Kansas University’s dean of business took time on Monday to visit the Lawrence Noon Rotary Club and told members that businesses can gain an edge by focusing more on service.
It’s important, Neeli Bendapudi said, to put oneself in the mind of the customer and encourage employees to get out of the mind-set of “what we make” and more into the mind-set of “what they buy.” It sounds simple, she said, but it’s important to get every single person in your organization to believe in that philosophy.
“I don’t care what you can do,” she said. “I care what you can do for me.”
She gave several examples to illustrate her point.
l Pretty in pink, or not: A major hotel chain once decided it wanted to become a major destination for an increasing number of women business travelers. Its solution? A whole floor where everything was pink. The idea flopped, Bendapudi said, and it’s a good reminder to use more than one method to determine what the customer wants.
“They meant well, but they missed the boat,” Bendapudi said.
l Water cooler chat: The shipping company UPS once conducted a survey of people who received packages at businesses — mostly secretaries, Bendapudi said. It asked what they valued most from their delivery person. The top answer was “on time delivery.” The company, using those survey results, micromanaged their drivers to prioritize on-time deliveries. And it worked. On-time deliveries increased, but customer satisfaction went down. UPS asked people to bring pictures of what they wanted to see from their delivery person, and people brought back pictures of water coolers and coffee cups. The company was confused until it realized people were missing the interactions with the drivers.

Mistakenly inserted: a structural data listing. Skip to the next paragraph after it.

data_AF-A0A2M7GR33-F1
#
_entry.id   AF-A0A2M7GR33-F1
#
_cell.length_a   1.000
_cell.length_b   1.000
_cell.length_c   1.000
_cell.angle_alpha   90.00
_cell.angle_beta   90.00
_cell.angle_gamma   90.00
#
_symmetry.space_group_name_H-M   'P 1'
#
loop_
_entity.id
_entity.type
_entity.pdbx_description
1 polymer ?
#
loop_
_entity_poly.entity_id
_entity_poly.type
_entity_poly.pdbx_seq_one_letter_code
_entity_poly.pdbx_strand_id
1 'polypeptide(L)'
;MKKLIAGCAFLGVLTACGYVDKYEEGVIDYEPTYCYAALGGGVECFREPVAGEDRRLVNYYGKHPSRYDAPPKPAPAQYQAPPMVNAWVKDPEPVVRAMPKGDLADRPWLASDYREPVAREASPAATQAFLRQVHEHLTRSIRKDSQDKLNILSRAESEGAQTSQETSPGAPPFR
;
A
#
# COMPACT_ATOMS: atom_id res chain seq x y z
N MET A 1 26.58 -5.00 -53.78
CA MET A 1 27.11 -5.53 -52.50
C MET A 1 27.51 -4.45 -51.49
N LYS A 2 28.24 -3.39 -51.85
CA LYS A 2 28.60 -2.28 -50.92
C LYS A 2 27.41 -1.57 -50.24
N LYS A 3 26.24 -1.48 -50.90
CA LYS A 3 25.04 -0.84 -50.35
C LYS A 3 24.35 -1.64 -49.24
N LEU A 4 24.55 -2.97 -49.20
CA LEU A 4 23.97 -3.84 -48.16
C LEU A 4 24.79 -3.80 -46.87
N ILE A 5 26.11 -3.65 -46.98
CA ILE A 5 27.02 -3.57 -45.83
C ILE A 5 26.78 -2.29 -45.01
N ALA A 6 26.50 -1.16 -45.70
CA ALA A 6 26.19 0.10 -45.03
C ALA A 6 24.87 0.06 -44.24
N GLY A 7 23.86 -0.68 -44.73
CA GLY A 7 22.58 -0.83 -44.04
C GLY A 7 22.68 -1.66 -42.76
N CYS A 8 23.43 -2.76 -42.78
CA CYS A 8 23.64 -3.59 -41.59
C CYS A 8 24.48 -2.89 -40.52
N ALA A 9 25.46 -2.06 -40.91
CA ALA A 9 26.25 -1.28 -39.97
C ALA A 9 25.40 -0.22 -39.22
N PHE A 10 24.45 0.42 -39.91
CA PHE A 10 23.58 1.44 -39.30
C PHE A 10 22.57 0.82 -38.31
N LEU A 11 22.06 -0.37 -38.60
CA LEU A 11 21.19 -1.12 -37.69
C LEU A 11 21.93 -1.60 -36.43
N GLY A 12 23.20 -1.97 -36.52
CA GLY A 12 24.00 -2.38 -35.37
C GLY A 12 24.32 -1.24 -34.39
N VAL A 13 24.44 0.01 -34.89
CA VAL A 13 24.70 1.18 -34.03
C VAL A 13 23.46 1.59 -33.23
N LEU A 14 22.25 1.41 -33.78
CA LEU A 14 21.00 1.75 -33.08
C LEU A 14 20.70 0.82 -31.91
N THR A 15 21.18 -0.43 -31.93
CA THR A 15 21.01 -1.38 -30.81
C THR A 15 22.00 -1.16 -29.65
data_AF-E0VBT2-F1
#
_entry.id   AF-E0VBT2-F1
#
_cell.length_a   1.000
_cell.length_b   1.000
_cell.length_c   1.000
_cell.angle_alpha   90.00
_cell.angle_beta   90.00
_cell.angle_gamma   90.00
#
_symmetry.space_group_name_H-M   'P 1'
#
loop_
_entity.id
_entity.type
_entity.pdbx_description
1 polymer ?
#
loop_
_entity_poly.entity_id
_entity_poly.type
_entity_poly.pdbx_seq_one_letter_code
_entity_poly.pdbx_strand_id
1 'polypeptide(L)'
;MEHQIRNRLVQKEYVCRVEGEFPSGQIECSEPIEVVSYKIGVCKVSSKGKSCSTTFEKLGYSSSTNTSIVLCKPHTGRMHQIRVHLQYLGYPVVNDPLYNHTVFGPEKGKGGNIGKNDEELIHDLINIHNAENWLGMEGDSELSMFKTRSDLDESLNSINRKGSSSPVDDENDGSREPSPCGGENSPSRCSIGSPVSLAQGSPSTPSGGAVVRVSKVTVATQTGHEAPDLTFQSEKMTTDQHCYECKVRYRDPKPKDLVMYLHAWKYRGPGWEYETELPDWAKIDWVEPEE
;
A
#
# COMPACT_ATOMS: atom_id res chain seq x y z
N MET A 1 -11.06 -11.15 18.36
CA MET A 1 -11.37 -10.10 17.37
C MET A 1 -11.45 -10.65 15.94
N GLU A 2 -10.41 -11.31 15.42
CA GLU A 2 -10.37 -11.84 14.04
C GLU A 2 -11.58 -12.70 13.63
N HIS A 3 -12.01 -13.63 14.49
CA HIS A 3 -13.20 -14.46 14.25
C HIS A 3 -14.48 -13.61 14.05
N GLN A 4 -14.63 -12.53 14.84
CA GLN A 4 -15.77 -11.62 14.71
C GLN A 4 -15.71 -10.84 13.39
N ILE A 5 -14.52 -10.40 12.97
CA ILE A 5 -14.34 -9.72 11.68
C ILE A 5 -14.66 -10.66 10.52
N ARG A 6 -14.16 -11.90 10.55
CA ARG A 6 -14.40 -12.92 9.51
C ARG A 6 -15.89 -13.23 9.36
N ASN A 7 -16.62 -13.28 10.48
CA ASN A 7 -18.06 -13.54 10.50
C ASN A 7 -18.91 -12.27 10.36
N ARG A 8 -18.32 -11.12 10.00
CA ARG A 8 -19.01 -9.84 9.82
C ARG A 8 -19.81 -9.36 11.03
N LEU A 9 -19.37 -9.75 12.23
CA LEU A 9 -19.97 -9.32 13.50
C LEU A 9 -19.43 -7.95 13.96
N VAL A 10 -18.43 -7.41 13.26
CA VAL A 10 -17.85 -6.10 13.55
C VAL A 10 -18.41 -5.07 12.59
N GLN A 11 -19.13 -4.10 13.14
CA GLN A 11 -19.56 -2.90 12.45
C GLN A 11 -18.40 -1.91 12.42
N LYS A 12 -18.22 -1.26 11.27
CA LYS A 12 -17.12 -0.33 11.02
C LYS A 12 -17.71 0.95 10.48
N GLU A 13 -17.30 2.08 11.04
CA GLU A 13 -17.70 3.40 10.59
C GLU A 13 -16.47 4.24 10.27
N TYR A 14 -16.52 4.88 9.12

“Now he’s too busy for me,” Bendapudi said. “He just brings the package and runs.”
She said it showed how it was important to focus both on the emotional and rational sides of people.
l Reward the right stuff: She warned against “rewarding A and hoping for B.” If a business has a culture in which it rewards top sellers and fires the worst-performing sellers, it shouldn’t expect its workers to share ideas on how to best sell products, because sharing would benefit a competitor/co-worker.
l A living brand: A brand and cool logo and spiffy jingle won’t get you there alone, she said. What really matters is people. Bendapudi, who came to KU from Ohio State University, remembered eating at a restaurant called Friendly’s with her daughter’s youth sports team.
“That one day, in Columbus, Ohio, at the Friendly’s restaurant, nobody was,” she said.
And that’s what people will remember, she said.